The chief executive of The National Archives has warned that rapidly evolving file formats means "we face the certainty of losing years of critical knowledge".
"The ephemeral nature of digital information, resulting from the rapid evolution of technology, is a major challenge facing government and our society today," said the Archive's Natalie Ceeney.
The Archives have joined forces with Microsoft to "ensure preservation of the nation's digital records from the past, present and into the future". Microsoft is helping out by providing a system that runs legacy copies of Windows and Office via Microsoft Virtual PC 2007 .
As a reciprocal arrangement, the Archives will also provide expertise in digital preservation towards the development of future Microsoft software. Microsoft says it has already contributed greatly to this cause by implementing the Open XML format in Office 2007.
"Unless we take action, we face the certainty of losing years of critical knowledge," explains Ceeney. "That's why it is essential that The National Archives, together with the IT industry, address the challenge now.
"Our relationship with Microsoft supports our work in digital preservation and gives us many key tools to access the legacy of government for years to come."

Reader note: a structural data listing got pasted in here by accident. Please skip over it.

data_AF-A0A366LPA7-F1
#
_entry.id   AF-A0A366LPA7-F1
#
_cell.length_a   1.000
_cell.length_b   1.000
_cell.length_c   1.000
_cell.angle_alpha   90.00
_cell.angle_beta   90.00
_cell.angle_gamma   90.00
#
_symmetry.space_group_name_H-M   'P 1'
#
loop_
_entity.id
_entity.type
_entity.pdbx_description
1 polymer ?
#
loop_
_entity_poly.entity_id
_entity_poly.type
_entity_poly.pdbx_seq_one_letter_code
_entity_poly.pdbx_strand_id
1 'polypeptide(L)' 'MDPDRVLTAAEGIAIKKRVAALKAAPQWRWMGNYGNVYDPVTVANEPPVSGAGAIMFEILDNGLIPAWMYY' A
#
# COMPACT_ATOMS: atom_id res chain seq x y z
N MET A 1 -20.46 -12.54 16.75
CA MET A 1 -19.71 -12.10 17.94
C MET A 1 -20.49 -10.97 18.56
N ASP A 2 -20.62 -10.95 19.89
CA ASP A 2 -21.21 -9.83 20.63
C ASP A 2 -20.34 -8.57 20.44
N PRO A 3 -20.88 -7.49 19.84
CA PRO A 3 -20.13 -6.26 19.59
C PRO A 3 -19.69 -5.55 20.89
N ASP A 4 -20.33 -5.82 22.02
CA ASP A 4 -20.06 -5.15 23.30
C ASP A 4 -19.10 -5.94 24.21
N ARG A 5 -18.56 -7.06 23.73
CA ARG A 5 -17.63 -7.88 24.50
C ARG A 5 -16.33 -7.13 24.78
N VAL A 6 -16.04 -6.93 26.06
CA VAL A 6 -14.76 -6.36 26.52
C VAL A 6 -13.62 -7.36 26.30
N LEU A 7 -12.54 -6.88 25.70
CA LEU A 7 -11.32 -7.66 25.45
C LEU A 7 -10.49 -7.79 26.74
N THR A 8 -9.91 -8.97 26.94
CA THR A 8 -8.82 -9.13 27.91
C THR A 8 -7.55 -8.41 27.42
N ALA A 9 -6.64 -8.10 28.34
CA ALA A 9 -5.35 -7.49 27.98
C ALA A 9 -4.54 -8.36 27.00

The National Archives is the government's official archive, containing 900 years-worth of documents and information. Traditionally these were stored on paper, however the Archives say that "the exponential growth of digital information has created new preservation challenges."
It reckons the information in its stores represent 580 terabytes of data, the equivalent of 580 thousand encyclopaedias.
"Microsoft took the step to implement XML-based file formats that unlock data in documents, allowing them to be archived, restructured, aggregated and re-used in new and dynamic ways," says Microsoft UK MD Gordon Frazer.
"As a result, the latest releases of Office use open-standard file formats - Open XML. Our [relationship] with The National Archives will go beyond this and ensure that decisions we make in future products will meet the rigorous requirements of digital preservation. More importantly, they will ensure that future generations do not suffer the fate of a digital dark age."